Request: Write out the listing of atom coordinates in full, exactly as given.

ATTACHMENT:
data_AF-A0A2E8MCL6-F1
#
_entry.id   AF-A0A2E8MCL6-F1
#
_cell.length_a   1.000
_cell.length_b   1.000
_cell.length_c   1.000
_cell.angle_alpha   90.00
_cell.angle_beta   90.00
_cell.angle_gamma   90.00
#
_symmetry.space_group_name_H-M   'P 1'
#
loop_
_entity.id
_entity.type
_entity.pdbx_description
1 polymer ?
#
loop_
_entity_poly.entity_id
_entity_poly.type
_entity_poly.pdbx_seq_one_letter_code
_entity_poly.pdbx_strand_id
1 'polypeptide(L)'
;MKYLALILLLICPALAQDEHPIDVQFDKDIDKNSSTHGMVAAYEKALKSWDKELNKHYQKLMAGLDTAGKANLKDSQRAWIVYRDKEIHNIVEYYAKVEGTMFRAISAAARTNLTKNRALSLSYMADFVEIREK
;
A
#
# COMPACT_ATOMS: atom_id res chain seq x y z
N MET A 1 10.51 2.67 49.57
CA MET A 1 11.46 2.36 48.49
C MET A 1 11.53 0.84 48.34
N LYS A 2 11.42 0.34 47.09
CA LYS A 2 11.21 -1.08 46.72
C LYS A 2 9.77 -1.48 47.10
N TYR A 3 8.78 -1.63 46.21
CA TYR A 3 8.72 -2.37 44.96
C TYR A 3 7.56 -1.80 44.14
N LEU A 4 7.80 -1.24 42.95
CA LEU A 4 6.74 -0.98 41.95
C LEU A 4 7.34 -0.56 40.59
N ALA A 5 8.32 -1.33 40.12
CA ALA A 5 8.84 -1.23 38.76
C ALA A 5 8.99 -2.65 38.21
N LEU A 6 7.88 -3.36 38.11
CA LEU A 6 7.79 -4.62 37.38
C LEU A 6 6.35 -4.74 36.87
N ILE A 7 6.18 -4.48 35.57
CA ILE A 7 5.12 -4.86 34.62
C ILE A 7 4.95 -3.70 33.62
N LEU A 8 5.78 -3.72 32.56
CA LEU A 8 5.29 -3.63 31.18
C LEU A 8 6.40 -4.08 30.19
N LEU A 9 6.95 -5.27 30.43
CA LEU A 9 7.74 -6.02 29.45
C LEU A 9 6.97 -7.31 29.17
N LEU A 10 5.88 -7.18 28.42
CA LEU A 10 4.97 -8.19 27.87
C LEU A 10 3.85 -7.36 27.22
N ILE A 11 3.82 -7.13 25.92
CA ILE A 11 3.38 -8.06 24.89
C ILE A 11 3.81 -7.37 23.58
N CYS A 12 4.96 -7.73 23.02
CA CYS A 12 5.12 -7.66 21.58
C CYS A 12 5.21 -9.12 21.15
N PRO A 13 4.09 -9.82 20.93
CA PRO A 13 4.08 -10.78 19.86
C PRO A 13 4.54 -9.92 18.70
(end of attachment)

data_AF-A0A2E8MCL6-F1
#
_entry.id   AF-A0A2E8MCL6-F1
#
_cell.length_a   1.000
_cell.length_b   1.000
_cell.length_c   1.000
_cell.angle_alpha   90.00
_cell.angle_beta   90.00
_cell.angle_gamma   90.00
#
_symmetry.space_group_name_H-M   'P 1'
#
loop_
_entity.id
_entity.type
_entity.pdbx_description
1 polymer ?
#
loop_
_entity_poly.entity_id
_entity_poly.type
_entity_poly.pdbx_seq_one_letter_code
_entity_poly.pdbx_strand_id
1 'polypeptide(L)'
;MKYLALILLLICPALAQDEHPIDVQFDKDIDKNSSTHGMVAAYEKALKSWDKELNKHYQKLMAGLDTAGKANLKDSQRAWIVYRDKEIHNIVEYYAKVEGTMFRAISAAARTNLTKNRALSLSYMADFVEIREK
;
A
#
# COMPACT_ATOMS: atom_id res chain seq x y z
N MET A 1 10.51 2.67 49.57
CA MET A 1 11.46 2.36 48.49
C MET A 1 11.53 0.84 48.34
N LYS A 2 11.42 0.34 47.09
CA LYS A 2 11.21 -1.08 46.72
C LYS A 2 9.77 -1.48 47.10
N TYR A 3 8.78 -1.63 46.21
CA TYR A 3 8.72 -2.37 44.96
C TYR A 3 7.56 -1.80 44.14
N LEU A 4 7.80 -1.24 42.95
CA LEU A 4 6.74 -0.98 41.95
C LEU A 4 7.34 -0.56 40.59
N ALA A 5 8.32 -1.33 40.12
CA ALA A 5 8.84 -1.23 38.76
C ALA A 5 8.99 -2.65 38.21
N LEU A 6 7.88 -3.36 38.11
CA LEU A 6 7.79 -4.62 37.38
C LEU A 6 6.35 -4.74 36.87
N ILE A 7 6.18 -4.48 35.57
CA ILE A 7 5.12 -4.86 34.62
C ILE A 7 4.95 -3.70 33.62
N LEU A 8 5.78 -3.72 32.56
CA LEU A 8 5.29 -3.63 31.18
C LEU A 8 6.40 -4.08 30.19
N LEU A 9 6.95 -5.27 30.43
CA LEU A 9 7.74 -6.02 29.45
C LEU A 9 6.97 -7.31 29.17
N LEU A 10 5.88 -7.18 28.42
CA LEU A 10 4.97 -8.19 27.87
C LEU A 10 3.85 -7.36 27.22
N ILE A 11 3.82 -7.13 25.92
CA ILE A 11 3.38 -8.06 24.89
C ILE A 11 3.81 -7.37 23.58
N CYS A 12 4.96 -7.73 23.02
CA CYS A 12 5.12 -7.66 21.58
C CYS A 12 5.21 -9.12 21.15
N PRO A 13 4.09 -9.82 20.93
CA PRO A 13 4.08 -10.78 19.86
C PRO A 13 4.54 -9.92 18.70